Cambridge PhD Training Programme in Chemical Biology and Molecular Medicine


The aim of this 4-year PhD programme is to train the next generation of synthesis chemists to PhD level who will be experienced in working at the interface between synthetic chemistry and biology at various stages of pre-clinical drug discovery. Our interdisciplinary programme brings together world-class research groups with facilities in synthesis chemistry, pharmacology, biochemistry and biology.

During the first year students embark on their practical chemistry training and are brought up to speed in disease-focussed research by a combination laboratory rotations in chemistry and biology (academic and industrial), workshops and hot topics. The transition to second year is marked by students developing their own PhD proposals in conjunction with chemistry and biology supervisors involved with the programme. Projects are often inspired and driven by individual interests and student interactions during the first year.

The programme has been funded by Cancer Research UK. Funding for studentships from October 2011 has been from the Cambridge Cancer Centre, The Department of Chemistry and the School of Physical Sciences (University of Cambridge). We also interact with local pharmaceutical and biotech companies (Cancer Research Technology, BioFocus, Domainex, Neusentis and Astex Therapeutics) for a broad range of activities such as workshops and lab rotations in Year 1.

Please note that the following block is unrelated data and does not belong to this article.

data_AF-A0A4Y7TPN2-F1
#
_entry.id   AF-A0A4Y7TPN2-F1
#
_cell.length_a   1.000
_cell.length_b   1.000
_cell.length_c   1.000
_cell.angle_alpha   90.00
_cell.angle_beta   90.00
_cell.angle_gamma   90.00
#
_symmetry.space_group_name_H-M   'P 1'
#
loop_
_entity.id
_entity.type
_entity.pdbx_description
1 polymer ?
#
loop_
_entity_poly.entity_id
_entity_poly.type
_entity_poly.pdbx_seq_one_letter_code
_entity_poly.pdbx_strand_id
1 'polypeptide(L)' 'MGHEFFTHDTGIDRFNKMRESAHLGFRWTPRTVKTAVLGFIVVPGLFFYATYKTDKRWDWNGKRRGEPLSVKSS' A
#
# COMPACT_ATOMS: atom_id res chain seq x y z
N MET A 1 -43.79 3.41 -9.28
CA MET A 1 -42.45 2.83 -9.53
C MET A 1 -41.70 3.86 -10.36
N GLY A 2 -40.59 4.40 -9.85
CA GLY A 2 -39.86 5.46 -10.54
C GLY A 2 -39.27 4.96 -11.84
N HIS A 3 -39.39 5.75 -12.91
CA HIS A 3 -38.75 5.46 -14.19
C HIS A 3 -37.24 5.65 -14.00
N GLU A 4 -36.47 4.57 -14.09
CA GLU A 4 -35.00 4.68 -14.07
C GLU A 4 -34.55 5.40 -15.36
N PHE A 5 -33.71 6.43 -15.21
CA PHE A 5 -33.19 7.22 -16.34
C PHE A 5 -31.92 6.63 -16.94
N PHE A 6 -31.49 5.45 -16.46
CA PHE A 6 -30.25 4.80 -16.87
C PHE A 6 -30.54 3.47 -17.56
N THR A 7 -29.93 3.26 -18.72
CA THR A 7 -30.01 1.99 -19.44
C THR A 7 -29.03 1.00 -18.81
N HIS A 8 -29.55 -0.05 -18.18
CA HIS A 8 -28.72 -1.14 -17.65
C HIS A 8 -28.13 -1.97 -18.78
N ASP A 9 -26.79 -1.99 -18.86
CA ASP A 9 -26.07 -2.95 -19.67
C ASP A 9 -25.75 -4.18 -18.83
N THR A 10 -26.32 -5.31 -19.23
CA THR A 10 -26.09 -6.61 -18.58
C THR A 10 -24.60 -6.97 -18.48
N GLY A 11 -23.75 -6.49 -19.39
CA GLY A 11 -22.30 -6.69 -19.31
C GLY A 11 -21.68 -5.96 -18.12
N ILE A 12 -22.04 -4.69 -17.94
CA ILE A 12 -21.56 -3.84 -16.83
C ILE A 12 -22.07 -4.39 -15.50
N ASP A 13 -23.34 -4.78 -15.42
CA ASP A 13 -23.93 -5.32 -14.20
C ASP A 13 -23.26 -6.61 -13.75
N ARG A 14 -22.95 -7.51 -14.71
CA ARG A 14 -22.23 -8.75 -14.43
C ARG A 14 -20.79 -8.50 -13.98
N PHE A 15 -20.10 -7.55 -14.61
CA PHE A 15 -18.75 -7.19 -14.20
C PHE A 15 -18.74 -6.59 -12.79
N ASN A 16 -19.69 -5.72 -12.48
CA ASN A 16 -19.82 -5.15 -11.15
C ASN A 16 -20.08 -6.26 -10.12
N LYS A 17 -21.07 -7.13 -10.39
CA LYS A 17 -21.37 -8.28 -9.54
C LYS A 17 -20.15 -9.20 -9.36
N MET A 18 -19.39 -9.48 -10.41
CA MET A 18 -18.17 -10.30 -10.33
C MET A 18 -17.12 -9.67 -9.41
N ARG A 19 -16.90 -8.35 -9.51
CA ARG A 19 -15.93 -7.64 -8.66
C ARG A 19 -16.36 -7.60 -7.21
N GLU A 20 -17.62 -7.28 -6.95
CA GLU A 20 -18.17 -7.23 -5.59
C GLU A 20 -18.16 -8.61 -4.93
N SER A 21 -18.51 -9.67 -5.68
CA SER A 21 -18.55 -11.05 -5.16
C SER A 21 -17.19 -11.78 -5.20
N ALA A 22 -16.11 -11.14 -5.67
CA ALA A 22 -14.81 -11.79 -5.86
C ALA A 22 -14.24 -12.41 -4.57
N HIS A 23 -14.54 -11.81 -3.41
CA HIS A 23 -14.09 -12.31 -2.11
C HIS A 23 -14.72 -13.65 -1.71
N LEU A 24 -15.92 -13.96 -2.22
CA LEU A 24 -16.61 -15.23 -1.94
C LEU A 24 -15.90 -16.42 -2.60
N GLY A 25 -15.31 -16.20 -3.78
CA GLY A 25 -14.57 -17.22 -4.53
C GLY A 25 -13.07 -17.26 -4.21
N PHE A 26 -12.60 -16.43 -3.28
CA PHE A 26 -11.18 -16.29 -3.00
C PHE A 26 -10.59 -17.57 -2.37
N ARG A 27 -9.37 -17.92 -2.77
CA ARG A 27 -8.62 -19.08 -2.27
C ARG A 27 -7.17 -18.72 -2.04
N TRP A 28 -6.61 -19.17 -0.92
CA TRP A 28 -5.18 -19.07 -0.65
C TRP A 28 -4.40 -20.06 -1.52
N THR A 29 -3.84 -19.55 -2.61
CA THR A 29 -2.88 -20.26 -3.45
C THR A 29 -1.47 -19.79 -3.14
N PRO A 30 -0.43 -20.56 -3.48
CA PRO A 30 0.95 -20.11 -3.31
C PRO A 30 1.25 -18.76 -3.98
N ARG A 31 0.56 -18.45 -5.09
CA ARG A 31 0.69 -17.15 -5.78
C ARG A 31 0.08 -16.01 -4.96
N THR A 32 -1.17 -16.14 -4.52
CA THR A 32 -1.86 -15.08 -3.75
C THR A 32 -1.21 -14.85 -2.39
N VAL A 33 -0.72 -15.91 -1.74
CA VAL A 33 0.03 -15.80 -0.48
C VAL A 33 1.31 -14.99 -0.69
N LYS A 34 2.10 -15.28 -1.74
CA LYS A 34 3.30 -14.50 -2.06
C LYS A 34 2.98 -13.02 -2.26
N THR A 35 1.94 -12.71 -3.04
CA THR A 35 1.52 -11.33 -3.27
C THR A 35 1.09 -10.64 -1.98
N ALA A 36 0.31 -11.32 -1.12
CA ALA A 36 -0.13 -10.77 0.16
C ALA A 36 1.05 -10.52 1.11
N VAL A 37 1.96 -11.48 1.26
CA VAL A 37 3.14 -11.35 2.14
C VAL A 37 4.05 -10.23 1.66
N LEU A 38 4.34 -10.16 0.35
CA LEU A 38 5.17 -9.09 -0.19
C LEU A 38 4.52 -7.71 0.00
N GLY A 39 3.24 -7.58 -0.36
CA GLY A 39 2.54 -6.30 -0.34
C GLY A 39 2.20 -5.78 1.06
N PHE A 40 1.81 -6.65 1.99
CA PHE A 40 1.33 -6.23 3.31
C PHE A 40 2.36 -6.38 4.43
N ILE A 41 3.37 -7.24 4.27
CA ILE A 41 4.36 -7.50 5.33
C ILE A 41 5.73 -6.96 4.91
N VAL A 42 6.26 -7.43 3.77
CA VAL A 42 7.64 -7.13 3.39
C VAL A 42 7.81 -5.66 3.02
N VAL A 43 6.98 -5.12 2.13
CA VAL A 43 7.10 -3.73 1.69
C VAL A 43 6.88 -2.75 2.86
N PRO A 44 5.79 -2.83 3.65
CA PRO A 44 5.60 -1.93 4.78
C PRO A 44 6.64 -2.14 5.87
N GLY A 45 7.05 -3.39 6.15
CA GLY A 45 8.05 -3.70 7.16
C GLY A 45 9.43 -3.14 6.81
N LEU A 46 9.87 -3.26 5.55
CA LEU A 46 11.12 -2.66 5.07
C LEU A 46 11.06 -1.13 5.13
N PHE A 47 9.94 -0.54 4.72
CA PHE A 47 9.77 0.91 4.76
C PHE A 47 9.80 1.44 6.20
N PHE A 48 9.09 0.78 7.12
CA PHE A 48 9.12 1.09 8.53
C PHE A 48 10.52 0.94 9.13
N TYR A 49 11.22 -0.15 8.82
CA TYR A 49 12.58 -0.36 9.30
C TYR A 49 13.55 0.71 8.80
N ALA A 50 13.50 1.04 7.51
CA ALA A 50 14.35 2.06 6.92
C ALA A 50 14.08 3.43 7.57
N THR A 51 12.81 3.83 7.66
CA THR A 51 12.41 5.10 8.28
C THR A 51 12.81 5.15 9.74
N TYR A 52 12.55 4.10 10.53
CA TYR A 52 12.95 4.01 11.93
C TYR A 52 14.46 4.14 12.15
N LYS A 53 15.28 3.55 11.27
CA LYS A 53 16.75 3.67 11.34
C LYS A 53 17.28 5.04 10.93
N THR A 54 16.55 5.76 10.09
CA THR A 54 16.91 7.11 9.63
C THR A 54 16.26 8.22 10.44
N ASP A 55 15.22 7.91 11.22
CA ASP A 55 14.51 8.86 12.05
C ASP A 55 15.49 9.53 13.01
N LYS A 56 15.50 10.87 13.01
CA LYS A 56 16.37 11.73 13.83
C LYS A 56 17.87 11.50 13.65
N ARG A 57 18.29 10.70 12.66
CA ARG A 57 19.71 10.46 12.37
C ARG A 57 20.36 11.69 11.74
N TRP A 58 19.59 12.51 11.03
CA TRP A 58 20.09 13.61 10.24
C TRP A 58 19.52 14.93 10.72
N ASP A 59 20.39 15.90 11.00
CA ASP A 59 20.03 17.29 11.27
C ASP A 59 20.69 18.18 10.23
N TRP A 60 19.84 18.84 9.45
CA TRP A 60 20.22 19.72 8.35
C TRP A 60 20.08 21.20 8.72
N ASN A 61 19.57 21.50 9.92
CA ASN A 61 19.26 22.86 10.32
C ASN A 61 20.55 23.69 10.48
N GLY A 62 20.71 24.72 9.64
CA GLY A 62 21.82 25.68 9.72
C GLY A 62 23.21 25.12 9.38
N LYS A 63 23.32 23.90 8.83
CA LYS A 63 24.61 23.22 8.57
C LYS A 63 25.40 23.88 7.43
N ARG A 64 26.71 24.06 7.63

The 2014 8th Annual Student Symposium of Student Research will be held at the CRUK Cambridge Institute on Monday 13 October. We have a full programme of talks and our guest speaker this year will be Prof Steve Jackson. We are actively seeking poster presenters for the event. PLEASE REGISTER FOR THIS FREE SYMPOSIUM HERE.

Interested PhD applicants for this programme should note that we will not be recruiting for an October 2014 intake. But we encourage you to apply to the Department of Chemistry directly.

Programme management: Prof Shankar Balasubramanian (Director, Department of Chemistry) and Dr Rebecca Myers (Associate Director, Department of Chemistry).